Our proud human race…

After the SLP more or less banned the topic from linguistic study in 1866, work published since the 1970’s on gesture and (sign) language, action recognition (and mirror neurons) made it once again the scientific wild west: the (Gestural) Origins of Language.

So, now in the news: Researchers Meguerditchian and Vauclair studied 60 captive baboons and especially a gesture of quick, repetitive rubbing or slapping on the ground, apparently to threaten or intimidate. More importantly, it appears to be lateralized (they use their right hand, thus their left hemisphere of the brain- here there be language centers).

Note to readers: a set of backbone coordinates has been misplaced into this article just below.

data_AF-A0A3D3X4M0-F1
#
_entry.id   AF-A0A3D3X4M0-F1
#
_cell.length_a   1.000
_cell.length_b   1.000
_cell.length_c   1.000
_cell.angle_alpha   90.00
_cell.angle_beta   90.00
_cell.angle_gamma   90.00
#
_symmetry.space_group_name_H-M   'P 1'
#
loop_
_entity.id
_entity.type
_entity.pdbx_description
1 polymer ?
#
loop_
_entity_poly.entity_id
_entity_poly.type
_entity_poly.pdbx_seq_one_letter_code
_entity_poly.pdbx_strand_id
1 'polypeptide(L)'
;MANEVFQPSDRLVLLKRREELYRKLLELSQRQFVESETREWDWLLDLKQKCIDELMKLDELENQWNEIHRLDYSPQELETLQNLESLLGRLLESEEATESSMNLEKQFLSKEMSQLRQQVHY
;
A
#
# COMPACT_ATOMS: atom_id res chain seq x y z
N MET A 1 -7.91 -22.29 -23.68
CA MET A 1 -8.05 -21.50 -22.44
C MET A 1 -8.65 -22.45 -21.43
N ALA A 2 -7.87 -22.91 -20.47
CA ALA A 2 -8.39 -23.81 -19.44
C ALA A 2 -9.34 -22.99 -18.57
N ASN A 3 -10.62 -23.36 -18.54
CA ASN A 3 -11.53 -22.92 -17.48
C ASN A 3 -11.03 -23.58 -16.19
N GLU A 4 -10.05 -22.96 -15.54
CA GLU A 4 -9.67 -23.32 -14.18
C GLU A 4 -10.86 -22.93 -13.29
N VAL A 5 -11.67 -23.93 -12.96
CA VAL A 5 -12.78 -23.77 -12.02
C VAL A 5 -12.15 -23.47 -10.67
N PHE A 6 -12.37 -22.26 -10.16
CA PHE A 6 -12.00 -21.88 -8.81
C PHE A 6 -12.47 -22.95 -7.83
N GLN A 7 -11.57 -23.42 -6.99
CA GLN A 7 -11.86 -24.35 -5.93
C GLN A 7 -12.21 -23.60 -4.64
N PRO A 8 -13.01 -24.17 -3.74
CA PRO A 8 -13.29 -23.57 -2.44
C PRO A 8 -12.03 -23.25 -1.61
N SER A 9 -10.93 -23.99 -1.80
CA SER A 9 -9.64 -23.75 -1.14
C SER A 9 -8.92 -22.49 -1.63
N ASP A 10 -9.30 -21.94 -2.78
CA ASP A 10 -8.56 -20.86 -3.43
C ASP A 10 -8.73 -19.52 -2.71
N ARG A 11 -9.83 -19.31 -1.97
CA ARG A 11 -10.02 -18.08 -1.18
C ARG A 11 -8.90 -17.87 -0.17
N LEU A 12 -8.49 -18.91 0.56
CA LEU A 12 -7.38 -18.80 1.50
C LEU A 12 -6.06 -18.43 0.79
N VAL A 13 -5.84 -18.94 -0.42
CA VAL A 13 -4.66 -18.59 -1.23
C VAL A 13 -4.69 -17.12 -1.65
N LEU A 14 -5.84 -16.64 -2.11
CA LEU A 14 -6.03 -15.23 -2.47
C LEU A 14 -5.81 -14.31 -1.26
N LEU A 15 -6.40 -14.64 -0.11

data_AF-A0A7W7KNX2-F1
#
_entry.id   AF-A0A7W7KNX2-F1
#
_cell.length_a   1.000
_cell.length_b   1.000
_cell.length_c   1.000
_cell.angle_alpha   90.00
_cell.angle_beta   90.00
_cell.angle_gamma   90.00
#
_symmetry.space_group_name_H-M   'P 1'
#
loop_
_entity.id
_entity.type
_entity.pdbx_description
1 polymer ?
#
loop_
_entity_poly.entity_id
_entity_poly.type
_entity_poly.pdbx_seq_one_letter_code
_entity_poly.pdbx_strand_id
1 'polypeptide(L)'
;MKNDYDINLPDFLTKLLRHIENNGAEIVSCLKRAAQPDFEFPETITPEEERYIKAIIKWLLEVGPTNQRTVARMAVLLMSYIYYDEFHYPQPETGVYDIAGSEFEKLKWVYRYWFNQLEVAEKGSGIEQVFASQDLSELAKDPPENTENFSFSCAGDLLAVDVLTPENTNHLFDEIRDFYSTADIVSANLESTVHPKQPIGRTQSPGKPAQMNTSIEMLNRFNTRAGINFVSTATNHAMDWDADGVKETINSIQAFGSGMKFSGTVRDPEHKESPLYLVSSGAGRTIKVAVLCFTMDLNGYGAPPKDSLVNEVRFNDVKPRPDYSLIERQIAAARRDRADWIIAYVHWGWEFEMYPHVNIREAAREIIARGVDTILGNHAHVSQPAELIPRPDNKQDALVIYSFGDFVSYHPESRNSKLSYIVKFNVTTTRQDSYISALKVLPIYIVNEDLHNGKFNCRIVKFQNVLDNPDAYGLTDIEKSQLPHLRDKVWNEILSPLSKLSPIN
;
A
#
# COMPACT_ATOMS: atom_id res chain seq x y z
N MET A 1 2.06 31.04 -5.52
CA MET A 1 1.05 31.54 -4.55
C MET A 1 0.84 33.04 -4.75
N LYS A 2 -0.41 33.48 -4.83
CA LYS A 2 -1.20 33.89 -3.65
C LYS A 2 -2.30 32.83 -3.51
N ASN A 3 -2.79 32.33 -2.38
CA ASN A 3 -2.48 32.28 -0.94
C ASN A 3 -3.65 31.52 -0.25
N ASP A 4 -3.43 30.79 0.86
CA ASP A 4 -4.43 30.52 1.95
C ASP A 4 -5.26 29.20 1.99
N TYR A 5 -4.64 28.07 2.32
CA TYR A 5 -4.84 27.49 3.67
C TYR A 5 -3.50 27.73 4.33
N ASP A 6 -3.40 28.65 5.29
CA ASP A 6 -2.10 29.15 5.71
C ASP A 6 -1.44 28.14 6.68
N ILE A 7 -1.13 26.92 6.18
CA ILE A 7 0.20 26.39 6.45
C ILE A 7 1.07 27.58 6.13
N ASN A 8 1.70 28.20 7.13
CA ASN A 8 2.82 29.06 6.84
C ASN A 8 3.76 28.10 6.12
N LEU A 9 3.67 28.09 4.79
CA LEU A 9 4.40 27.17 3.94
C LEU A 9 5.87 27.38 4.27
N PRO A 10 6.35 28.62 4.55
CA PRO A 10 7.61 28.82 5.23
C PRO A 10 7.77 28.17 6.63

You talking to me? You talkin’ to me?!

A simplified sum of the arguments: Baboons gesture (mostly) right, chimps gesture right, children gesture right. In the brain language is left (connected to right hand). Gesture is part of language. We all come from the same ancestors. Humans must have kickstarted communication through gestures as well. The vocals, rude at first as a monkey’s cries, accompanied the gestures at first but became sophisticated and dominant later. Solid as a rock.

I think I should finally read that Jackendoff book on the foundations of language. No linguist can take a gesture guy serious without some of the essential baggage.